Article courtesy of the American Psychological Association
Fire departments throughout the country are embracing peer support programs as a bridge to treatment for firefighters who need it.
By Rebecca Raney December 4, 2019
Mike Feyh spent years in uniform fighting in Iraq, but he faced his biggest mental health challenge in 2010 after he returned home to California and went to work as a firefighter. “I had a little incident when I got blown up in an explosion, and I had PTSD,” he said. Feyh, a fire captain who now serves on the two-man behavioral health unit of the Sacramento Fire Department, opened the front door of a house that exploded. An arsonist had lit a candle and cut the gas line, and four firefighters were injured. Feyh was burned, and three other members of the crew were injured. “One of the guys was having flashbacks in the hospital,” he said. At the time, his department — along with many others throughout the United States — held its crews to a mandate that first responders attend post-incident mental health debriefing. “We did a formal debriefing,” Feyh said, “and it did not go very well at all. People were struggling with what happened. But they did not want to come in and talk about it.” That strategy — mandatory debriefing — is being revisited as departments throughout the country embrace peer support programs as a bridge to treatment for firefighters who need it.
The clinicians and peer support counselors who staff behavioral health units talk about the hidden side of the fire service: the PTSD, depression and substance abuse that firefighters will suffer in silence. “First responders have significantly higher rates of anxiety and depression,” said Alyssa Lanza, a clinical psychologist in Bethesda, Maryland, who is a disaster response mental health practitioner. “Substance abuse is a more socially acceptable way to cope. There's an overall decrease of quality of life and less ability to keep doing the job.” But the fear of losing that job because of lack of mental fitness or the fear of being perceived as weak can prevent firefighters from seeking treatment. Also, Lanza said, immediate follow-up doesn't help everyone after an incident. “If you do it too soon, it's retraumatizing,” she said. “Every approach has pros and cons...There's a variety of people who need a variety of different types of treatment.”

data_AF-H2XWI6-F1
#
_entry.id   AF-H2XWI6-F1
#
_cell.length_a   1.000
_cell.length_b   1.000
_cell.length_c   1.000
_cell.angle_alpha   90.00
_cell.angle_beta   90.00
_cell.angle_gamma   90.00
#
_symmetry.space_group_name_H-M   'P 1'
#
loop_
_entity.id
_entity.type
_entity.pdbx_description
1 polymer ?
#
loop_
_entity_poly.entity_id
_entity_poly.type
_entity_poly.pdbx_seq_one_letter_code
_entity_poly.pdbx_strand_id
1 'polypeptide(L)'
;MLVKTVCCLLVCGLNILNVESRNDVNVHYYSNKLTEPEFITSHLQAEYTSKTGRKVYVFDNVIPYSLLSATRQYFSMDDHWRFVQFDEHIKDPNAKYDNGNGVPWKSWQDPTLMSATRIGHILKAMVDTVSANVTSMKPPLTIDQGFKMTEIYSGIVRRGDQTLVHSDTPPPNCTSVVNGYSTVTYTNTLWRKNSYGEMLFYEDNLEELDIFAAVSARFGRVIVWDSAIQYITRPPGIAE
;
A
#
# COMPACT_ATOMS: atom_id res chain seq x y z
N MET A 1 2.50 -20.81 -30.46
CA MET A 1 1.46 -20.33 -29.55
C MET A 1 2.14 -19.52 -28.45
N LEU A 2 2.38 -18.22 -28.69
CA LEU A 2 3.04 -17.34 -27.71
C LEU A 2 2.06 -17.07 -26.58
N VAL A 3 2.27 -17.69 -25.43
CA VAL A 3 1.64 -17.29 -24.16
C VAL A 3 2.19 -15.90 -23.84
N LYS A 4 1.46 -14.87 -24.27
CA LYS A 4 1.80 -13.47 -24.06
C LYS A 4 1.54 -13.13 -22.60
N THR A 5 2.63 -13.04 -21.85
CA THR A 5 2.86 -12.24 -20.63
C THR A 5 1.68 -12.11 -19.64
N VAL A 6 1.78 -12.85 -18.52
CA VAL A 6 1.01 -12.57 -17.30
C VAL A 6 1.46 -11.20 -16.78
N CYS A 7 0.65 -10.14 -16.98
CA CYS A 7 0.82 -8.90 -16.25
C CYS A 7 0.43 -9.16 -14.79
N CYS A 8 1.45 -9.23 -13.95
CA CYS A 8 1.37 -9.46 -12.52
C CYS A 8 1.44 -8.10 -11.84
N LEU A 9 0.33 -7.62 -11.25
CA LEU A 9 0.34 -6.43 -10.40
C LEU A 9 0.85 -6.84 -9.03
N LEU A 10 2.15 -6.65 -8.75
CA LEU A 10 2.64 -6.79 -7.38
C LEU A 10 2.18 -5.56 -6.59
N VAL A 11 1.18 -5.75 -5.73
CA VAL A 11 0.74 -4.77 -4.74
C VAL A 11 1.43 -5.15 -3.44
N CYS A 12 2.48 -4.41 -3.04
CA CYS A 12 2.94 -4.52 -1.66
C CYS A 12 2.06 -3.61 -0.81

Behavioral health units — once the province of big-city departments like New York and Boston — are becoming more common in small and midsized fire departments. As these units become more common, fire departments are embracing new treatment models to break the stigma. In the last five years, the International Association of Fire Fighters has rolled out programs that have trained thousands of firefighters in peer support techniques. Separately, in California, a new law will extend confidentiality laws to peer supporters and bolster training for peer support programs at all levels of the fire service.
The IAFF recognized the need to take a larger role to support behavioral health in 2015 following strong reaction to an article on PTSD in Fire Fighter Quarterly. The story pointed out that “symptoms include recurrent or persistent recollections or dreams about the event, intense distress when reminded of the trauma by another event and difficulty functioning and performing day-to-day tasks.” “The phone started ringing off the hook,” said Sarah Bernes, a licensed master social worker and behavioral health specialist for the association. “Our members started calling and saying, ‘I didn't know what this [feeling] was.'"